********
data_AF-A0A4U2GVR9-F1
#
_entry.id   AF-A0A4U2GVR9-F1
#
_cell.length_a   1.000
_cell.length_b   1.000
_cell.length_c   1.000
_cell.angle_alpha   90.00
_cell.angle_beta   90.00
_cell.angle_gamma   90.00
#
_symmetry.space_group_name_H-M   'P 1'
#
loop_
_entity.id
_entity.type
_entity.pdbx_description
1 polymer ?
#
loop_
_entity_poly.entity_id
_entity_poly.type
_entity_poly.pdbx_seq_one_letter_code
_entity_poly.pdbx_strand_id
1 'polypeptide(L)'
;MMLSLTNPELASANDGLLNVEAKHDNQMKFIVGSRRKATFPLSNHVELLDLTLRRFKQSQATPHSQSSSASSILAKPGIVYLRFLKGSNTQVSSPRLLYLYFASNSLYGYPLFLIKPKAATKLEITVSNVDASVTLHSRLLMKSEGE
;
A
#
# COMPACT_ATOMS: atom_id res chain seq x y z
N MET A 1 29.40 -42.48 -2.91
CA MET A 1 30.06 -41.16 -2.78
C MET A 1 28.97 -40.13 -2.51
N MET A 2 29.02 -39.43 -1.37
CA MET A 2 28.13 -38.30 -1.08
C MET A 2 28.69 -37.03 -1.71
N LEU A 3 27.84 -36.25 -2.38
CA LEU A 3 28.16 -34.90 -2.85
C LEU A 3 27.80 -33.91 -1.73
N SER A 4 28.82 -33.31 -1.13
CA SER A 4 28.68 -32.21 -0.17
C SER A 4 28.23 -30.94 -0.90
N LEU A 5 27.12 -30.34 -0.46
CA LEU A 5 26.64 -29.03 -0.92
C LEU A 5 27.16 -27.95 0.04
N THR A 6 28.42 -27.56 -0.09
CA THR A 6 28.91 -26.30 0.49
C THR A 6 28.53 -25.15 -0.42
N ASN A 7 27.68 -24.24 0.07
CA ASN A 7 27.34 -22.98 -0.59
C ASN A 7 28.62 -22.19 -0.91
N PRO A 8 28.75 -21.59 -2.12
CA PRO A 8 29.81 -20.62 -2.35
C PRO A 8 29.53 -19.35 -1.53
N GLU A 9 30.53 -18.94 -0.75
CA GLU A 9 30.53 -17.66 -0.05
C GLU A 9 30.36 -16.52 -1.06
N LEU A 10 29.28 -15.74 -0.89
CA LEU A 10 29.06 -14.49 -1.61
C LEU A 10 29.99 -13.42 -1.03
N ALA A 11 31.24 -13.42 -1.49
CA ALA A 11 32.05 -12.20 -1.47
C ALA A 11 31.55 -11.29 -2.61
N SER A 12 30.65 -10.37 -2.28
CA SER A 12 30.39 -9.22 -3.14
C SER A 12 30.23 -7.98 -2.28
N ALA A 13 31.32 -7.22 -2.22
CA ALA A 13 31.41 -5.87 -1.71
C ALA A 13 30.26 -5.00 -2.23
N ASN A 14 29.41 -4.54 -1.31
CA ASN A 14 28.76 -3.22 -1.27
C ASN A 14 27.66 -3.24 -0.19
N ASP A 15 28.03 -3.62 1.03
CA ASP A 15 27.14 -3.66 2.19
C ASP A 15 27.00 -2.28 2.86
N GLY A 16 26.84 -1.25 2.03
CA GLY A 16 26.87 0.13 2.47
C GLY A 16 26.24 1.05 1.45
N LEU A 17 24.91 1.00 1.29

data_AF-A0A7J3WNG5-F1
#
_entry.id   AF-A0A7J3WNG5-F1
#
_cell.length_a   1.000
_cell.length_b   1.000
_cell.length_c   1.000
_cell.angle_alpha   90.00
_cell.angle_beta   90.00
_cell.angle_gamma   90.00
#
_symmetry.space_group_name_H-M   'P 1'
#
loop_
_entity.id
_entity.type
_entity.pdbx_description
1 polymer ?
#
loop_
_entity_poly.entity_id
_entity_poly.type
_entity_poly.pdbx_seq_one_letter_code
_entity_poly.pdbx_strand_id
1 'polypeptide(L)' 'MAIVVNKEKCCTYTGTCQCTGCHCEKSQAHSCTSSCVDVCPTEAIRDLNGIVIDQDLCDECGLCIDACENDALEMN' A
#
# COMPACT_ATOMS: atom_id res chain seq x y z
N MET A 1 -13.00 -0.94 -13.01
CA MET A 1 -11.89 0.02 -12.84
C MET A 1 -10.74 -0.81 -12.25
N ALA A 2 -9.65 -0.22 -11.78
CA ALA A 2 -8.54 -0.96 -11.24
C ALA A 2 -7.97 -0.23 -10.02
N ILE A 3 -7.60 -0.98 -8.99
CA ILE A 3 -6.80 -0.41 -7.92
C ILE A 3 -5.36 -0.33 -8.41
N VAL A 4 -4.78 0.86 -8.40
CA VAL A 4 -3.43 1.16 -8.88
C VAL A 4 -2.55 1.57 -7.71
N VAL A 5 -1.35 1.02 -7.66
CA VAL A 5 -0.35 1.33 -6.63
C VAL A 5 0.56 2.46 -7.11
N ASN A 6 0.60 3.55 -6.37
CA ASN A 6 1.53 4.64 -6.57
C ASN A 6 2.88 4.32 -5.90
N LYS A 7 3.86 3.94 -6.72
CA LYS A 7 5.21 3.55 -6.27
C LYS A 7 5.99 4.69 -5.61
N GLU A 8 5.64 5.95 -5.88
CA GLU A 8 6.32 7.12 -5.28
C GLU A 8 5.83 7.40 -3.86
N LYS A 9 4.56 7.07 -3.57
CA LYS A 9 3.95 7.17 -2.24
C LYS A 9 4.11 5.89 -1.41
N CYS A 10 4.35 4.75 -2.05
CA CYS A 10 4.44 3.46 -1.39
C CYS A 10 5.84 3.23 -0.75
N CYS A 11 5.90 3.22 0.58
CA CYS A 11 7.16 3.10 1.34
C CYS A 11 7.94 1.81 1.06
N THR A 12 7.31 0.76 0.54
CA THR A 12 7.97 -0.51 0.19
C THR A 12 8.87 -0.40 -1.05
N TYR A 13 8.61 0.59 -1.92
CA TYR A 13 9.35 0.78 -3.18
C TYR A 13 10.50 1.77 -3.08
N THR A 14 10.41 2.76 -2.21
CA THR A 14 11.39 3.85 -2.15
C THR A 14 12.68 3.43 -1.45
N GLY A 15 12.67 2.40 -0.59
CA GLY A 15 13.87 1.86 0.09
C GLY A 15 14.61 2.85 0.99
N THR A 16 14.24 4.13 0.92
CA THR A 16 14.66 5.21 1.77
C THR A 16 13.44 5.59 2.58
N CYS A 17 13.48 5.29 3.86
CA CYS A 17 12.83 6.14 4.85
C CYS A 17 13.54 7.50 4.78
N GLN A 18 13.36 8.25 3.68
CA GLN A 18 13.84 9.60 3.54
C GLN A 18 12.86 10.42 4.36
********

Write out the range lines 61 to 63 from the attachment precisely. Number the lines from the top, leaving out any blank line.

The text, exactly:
N ALA A 11 31.24 -13.42 -1.49
CA ALA A 11 32.05 -12.20 -1.47
C ALA A 11 31.55 -11.29 -2.61